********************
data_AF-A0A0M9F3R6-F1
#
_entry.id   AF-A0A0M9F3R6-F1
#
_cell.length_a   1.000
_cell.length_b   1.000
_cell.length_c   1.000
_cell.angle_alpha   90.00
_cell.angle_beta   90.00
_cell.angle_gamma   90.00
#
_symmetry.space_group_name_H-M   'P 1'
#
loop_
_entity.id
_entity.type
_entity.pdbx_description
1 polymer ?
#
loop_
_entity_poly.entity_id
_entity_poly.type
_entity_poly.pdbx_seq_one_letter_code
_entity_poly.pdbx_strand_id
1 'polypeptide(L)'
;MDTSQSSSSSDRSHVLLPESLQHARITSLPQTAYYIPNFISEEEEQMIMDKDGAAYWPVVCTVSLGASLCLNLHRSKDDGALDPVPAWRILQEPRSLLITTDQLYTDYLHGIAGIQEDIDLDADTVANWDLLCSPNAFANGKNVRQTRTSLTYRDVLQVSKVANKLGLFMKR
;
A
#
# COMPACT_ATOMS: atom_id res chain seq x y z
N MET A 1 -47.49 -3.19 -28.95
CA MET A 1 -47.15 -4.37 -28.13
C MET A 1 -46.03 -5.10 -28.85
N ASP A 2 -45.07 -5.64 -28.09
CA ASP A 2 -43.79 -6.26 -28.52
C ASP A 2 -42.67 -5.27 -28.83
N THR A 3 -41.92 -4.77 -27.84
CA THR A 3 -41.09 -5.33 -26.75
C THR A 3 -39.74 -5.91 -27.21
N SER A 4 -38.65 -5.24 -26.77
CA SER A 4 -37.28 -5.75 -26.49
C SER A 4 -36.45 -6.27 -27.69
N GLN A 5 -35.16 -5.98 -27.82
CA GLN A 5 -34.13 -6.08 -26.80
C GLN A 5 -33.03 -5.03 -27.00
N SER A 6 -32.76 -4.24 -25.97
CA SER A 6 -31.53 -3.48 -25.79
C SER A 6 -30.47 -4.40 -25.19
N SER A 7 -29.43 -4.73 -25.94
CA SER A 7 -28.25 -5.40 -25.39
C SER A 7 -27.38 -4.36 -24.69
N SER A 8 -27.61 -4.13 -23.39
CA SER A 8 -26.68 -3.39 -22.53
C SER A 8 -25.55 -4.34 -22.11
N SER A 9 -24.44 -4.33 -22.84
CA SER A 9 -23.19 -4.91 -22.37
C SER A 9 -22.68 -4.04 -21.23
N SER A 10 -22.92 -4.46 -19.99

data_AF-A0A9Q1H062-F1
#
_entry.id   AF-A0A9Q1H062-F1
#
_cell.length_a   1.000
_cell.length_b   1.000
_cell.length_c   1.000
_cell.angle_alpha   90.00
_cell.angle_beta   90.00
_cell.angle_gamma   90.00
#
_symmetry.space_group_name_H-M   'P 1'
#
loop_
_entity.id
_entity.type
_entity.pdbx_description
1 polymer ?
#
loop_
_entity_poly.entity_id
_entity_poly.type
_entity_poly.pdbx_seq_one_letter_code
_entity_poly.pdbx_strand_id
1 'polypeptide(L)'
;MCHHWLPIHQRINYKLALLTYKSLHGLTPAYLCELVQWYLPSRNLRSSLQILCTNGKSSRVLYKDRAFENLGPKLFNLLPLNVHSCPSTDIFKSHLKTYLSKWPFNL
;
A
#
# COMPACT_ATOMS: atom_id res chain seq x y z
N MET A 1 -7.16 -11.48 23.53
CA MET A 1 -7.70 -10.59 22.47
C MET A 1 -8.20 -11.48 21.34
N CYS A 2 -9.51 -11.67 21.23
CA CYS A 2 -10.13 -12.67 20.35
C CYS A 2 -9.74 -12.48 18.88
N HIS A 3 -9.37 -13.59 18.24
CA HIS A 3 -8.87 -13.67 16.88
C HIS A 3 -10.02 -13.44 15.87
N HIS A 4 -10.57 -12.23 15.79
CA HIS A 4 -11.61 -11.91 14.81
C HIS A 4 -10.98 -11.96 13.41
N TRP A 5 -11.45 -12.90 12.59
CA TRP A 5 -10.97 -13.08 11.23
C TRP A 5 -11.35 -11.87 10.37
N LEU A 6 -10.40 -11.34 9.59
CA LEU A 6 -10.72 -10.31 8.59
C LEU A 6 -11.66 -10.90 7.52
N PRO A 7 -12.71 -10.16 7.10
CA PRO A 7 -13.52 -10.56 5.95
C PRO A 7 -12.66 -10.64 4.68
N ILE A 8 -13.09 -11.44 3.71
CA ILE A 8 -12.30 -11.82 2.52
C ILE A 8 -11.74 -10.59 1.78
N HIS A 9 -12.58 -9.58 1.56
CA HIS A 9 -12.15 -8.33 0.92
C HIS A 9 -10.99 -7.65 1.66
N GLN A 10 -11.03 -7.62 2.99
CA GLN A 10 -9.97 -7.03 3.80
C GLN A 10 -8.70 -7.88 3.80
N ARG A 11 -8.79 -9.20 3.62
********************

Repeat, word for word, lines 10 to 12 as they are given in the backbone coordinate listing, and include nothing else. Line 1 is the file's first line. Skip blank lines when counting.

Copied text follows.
_cell.angle_gamma   90.00
#
_symmetry.space_group_name_H-M   'P 1'